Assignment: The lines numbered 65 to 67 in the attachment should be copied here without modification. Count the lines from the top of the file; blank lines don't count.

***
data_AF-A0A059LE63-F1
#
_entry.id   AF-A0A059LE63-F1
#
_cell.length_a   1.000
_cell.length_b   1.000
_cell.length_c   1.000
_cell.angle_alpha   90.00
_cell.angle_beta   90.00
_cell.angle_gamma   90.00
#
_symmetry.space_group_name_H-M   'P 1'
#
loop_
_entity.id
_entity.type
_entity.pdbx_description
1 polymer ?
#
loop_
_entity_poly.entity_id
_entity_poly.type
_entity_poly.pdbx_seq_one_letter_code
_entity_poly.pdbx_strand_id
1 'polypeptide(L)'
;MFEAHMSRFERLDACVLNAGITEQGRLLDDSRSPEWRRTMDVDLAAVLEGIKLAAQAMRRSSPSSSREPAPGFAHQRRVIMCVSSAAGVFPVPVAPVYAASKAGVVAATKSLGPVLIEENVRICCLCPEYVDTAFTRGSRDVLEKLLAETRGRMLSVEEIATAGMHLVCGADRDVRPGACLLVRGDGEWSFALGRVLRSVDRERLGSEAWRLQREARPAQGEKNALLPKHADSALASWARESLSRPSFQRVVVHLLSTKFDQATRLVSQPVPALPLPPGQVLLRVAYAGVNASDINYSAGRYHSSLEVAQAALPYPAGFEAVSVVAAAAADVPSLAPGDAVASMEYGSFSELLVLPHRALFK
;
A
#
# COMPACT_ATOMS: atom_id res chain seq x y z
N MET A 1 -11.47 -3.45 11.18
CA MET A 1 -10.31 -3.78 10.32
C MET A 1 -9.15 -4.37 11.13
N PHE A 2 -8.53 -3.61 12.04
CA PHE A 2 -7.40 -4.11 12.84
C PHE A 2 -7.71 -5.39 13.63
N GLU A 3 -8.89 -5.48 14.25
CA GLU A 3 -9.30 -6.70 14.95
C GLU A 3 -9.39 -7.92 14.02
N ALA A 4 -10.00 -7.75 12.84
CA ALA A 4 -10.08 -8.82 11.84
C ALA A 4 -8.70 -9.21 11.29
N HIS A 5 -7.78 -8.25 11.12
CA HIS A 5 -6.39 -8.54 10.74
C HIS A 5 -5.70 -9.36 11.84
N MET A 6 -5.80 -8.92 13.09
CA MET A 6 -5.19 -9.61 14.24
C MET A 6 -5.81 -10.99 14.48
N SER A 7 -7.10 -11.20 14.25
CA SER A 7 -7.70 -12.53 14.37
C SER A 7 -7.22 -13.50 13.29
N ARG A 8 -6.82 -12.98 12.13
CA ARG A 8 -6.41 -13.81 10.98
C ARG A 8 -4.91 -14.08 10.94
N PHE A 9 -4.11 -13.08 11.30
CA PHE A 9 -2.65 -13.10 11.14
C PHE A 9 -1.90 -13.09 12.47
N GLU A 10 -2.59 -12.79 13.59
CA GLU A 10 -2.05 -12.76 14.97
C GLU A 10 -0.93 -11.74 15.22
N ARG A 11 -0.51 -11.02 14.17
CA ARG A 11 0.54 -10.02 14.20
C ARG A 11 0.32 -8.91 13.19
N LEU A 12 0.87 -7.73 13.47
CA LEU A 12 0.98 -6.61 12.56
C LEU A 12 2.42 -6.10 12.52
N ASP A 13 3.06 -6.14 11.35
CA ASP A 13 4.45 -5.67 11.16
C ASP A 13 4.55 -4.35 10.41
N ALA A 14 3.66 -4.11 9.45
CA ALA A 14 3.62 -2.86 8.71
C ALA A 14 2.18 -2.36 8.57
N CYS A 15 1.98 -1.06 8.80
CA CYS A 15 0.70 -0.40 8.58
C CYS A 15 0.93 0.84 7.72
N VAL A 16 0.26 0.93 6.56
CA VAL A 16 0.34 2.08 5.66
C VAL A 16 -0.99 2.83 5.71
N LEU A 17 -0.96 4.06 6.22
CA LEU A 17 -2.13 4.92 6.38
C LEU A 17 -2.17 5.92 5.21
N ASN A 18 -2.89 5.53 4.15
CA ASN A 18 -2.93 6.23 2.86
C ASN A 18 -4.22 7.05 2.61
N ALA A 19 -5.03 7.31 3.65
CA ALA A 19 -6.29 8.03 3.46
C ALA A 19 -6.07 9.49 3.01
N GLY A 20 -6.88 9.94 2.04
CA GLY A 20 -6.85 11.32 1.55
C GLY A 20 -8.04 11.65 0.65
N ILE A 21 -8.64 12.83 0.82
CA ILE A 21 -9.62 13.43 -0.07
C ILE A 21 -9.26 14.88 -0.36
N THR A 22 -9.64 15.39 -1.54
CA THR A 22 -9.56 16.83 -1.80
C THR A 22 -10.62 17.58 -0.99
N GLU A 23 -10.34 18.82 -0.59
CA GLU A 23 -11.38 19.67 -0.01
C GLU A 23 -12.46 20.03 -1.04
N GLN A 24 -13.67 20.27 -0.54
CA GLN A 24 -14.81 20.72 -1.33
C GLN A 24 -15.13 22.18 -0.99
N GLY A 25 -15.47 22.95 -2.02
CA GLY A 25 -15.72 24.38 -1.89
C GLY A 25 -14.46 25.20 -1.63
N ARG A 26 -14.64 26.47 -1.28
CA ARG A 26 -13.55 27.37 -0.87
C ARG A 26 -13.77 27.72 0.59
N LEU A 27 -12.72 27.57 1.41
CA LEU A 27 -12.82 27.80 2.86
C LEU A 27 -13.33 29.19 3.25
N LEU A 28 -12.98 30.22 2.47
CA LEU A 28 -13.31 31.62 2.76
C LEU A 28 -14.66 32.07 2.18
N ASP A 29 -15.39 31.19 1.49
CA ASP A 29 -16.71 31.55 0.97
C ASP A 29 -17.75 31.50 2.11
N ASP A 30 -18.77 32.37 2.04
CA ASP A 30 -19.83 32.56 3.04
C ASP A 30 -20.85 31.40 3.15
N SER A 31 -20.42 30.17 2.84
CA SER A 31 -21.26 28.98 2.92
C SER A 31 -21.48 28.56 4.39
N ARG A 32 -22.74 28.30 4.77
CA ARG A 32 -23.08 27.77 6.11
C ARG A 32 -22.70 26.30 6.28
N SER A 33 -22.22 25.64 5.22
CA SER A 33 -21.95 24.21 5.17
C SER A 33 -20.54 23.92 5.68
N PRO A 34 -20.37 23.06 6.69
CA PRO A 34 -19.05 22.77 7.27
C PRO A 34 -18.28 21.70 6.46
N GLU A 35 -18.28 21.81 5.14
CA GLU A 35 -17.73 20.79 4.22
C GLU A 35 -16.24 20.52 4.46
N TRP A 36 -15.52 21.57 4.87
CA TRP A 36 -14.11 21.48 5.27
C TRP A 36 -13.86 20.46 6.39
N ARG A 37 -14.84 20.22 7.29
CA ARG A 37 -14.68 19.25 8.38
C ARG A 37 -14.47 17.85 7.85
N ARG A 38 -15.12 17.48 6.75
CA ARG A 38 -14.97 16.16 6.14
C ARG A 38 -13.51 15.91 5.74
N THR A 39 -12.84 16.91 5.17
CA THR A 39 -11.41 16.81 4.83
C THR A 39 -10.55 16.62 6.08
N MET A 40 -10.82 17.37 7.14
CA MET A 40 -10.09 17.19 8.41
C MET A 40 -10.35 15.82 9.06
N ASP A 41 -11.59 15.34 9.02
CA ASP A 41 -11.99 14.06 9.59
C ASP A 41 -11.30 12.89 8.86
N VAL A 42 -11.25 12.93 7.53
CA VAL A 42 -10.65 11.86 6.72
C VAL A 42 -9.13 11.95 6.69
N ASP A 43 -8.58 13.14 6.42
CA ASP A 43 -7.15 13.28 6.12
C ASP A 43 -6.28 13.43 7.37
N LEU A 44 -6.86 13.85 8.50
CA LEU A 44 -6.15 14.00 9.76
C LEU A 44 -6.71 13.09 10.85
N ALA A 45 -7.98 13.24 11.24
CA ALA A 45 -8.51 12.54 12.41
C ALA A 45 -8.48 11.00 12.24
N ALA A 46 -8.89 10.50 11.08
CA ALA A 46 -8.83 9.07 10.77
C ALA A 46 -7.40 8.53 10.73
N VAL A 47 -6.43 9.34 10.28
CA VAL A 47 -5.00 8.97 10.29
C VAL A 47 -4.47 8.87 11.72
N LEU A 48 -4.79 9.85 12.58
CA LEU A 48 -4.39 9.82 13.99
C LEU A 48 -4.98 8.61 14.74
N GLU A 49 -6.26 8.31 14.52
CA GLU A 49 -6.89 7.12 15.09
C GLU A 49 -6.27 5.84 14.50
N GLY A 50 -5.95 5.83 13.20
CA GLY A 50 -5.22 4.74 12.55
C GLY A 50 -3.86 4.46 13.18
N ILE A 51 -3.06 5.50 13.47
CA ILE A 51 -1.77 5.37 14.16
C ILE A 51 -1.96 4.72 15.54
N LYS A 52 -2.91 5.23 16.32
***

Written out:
CA LEU A 12 0.98 -6.61 12.56
C LEU A 12 2.42 -6.10 12.52
N ASP A 13 3.06 -6.14 11.35